Afghanistan: Humanitarian chief calls for continued investment to save lives

11 May, 2012
10 May 2012, Northern Afghanistan: ERC Valerie Amos meets the women of Buzareg village. Credit: UNAMA
10 May 2012, Northern Afghanistan: ERC Valerie Amos meets the women of Buzareg village. Credit: UNAMA

The Emergency Relief Coordinator, Valerie Amos, ended her visit to Afghanistan with a call for continued investment in human development and livelihoods.

Speaking today at a news conference in Kabul, Ms. Amos said investment in human development and prevention measures was needed to reduce vulnerability to the impact of conflict and natural disasters. 

“During my time here, much has been said about the transition and the departure of ISAF [International Security Assistance Force] forces. The needs of the people in Afghanistan remain vast,” said Ms. Amos. 
 
“Security is indeed a priority. But for the Afghans I met, security is not just about physical security. It is also about the importance of investment in the human development and the delivery of critical functions such as livelihoods, primary education, health care and the functioning rule of law.”
 
“We … will continue to deliver humanitarian assistance where it is needed, but clearly this alone is not enough,” Ms. Amos said. “In parallel to our humanitarian efforts, longer-term investment in human development and prevention measures is urgently needed to reduce vulnerability in the face of recurrent challenges. We must also invest in efforts to strengthen the resiliency of communities themselves and the capacity of service-delivery institutions.”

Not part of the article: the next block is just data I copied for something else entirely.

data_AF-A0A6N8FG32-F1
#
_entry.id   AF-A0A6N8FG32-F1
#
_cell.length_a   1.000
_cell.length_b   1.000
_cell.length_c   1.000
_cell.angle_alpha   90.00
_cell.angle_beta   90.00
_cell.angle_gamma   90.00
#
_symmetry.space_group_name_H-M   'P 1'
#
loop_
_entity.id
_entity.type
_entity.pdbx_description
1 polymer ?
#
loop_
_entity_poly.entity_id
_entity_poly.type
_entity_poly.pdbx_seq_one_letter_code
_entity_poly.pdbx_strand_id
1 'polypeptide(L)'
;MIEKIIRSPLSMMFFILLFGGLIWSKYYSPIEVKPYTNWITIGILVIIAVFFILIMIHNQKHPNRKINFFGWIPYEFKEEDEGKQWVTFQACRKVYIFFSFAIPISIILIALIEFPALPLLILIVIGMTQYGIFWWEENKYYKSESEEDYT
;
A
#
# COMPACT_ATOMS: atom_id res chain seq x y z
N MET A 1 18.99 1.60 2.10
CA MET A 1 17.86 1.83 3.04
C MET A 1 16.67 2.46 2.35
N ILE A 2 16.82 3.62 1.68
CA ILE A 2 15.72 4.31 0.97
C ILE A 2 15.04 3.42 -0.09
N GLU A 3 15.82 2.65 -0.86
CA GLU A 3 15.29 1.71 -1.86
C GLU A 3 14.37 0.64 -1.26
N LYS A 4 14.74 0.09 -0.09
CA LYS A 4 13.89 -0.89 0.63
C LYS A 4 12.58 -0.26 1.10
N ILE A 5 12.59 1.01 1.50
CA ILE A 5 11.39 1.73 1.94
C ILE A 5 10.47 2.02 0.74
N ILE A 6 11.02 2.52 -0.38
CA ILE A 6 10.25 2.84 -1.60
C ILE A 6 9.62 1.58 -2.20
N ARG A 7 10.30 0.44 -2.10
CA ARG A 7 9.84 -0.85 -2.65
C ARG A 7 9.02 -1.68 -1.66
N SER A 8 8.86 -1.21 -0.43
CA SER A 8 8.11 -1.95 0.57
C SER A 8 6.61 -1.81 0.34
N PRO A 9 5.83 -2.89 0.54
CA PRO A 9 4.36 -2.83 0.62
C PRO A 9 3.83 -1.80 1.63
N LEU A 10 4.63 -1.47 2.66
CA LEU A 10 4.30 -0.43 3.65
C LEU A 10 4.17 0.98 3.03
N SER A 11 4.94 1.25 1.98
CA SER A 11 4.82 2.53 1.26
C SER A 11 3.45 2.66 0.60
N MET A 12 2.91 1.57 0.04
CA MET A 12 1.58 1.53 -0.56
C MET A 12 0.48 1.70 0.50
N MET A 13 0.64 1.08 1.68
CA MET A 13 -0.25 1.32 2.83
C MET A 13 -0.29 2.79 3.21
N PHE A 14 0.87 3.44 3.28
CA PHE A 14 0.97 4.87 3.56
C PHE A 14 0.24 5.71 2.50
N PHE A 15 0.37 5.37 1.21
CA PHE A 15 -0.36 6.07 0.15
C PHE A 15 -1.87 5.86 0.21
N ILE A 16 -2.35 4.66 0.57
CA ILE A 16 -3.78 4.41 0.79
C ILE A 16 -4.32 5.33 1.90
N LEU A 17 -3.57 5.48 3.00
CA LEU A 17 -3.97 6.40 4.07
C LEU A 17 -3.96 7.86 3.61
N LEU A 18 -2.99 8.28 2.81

Ms. Amos said she had been shocked by conditions at an informal settlement she visited in Kabul. 
 
“These are the poorest of the poor and deserve our collective support. I also support longer-term support efforts to come up with durable solutions that address underlying issues such as land tenure, basic service provision and economic opportunity,” she said. 
 
Ms. Amos noted that more than one third of Afghanistan’s population has personal experience of displacement, including 5.6 million returned refugees, 5 million people who are still in neighbouring countries and 500,000 internally displaced people. She called for timely relief and assistance, delivered impartially to those in acute need. 
 
Ms. Amos spoke of the heart-wrenching stories about the impact of conflict that she heard from internally displaced families during a visit to Mazar-i-Sharif in northern Afghanistan. 
 
“After decades of war, people want peace, stability, and an environment free from fear and torment. I again call on all parties to the ongoing conflict to meet their obligations under international humanitarian law and for more to be done to ensure civilians are kept free from harm,” she said. 
 
During a visit on Thursday to the banks of the Amu Darya river in Buzareg village, Balkh Province, Ms. Amos saw the destruction caused by riverbank erosion. This consumes more than 500 metres of land each year, destroying homes, agricultural land and livelihoods, schools, roads and clinics.  
 
“Natural disasters occur in Afghanistan on a regular basis. Annual flooding is the norm and there have been eight droughts in 11 years. More must be done to help local authorities prepare better, and we must make a greater effort to build the resilience of communities,” Ms. Amos said.    
 
Reporting by UN Kabul